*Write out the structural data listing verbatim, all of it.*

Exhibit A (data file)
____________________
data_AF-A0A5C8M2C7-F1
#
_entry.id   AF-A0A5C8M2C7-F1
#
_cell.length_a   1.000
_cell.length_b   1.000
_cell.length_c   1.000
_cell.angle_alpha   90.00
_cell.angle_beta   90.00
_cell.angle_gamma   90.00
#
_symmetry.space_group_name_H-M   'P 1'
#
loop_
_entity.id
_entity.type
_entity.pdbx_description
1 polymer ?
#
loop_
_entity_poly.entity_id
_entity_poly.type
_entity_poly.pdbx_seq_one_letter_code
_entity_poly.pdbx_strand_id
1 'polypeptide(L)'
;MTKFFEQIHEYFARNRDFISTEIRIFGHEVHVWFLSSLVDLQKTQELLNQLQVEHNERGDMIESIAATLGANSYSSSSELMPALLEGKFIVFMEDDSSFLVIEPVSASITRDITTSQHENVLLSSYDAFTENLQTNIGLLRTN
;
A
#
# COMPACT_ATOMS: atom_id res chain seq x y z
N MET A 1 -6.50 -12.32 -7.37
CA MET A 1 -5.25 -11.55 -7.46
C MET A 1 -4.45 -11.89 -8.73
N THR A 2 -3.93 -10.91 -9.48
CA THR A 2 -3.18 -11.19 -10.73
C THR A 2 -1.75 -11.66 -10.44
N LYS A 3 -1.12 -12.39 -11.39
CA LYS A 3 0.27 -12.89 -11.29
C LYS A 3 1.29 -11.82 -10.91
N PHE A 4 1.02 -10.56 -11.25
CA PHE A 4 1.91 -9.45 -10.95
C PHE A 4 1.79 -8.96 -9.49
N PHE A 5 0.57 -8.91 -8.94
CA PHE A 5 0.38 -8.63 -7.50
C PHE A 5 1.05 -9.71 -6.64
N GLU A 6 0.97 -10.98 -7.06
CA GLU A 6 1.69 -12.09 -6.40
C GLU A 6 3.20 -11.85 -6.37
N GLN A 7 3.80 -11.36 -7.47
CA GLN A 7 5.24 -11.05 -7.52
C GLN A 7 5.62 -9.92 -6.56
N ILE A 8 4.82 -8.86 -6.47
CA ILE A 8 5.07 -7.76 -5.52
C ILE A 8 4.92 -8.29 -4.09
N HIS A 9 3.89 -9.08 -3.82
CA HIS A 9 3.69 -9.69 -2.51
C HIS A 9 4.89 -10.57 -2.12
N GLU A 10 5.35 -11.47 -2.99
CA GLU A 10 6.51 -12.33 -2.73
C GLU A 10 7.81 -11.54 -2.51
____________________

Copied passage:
data_AF-A0A5C8M2C7-F1
#
_entry.id   AF-A0A5C8M2C7-F1
#
_cell.length_a   1.000
_cell.length_b   1.000
_cell.length_c   1.000
_cell.angle_alpha   90.00
_cell.angle_beta   90.00
_cell.angle_gamma   90.00
#
_symmetry.space_group_name_H-M   'P 1'
#
loop_
_entity.id
_entity.type
_entity.pdbx_description
1 polymer ?
#
loop_
_entity_poly.entity_id
_entity_poly.type
_entity_poly.pdbx_seq_one_letter_code
_entity_poly.pdbx_strand_id
1 'polypeptide(L)'
;MTKFFEQIHEYFARNRDFISTEIRIFGHEVHVWFLSSLVDLQKTQELLNQLQVEHNERGDMIESIAATLGANSYSSSSELMPALLEGKFIVFMEDDSSFLVIEPVSASITRDITTSQHENVLLSSYDAFTENLQTNIGLLRTN
;
A
#
# COMPACT_ATOMS: atom_id res chain seq x y z
N MET A 1 -6.50 -12.32 -7.37
CA MET A 1 -5.25 -11.55 -7.46
C MET A 1 -4.45 -11.89 -8.73
N THR A 2 -3.93 -10.91 -9.48
CA THR A 2 -3.18 -11.19 -10.73
C THR A 2 -1.75 -11.66 -10.44
N LYS A 3 -1.12 -12.39 -11.39
CA LYS A 3 0.27 -12.89 -11.29
C LYS A 3 1.29 -11.82 -10.91
N PHE A 4 1.02 -10.56 -11.25
CA PHE A 4 1.91 -9.45 -10.95
C PHE A 4 1.79 -8.96 -9.49
N PHE A 5 0.57 -8.91 -8.94
CA PHE A 5 0.38 -8.63 -7.50
C PHE A 5 1.05 -9.71 -6.64
N GLU A 6 0.97 -10.98 -7.06
CA GLU A 6 1.69 -12.09 -6.40
C GLU A 6 3.20 -11.85 -6.37
N GLN A 7 3.80 -11.36 -7.47
CA GLN A 7 5.24 -11.05 -7.52
C GLN A 7 5.62 -9.92 -6.56
N ILE A 8 4.82 -8.86 -6.47
CA ILE A 8 5.07 -7.76 -5.52
C ILE A 8 4.92 -8.29 -4.09
N HIS A 9 3.89 -9.08 -3.82
CA HIS A 9 3.69 -9.69 -2.51
C HIS A 9 4.89 -10.57 -2.12
N GLU A 10 5.35 -11.47 -2.99
CA GLU A 10 6.51 -12.33 -2.73
C GLU A 10 7.81 -11.54 -2.51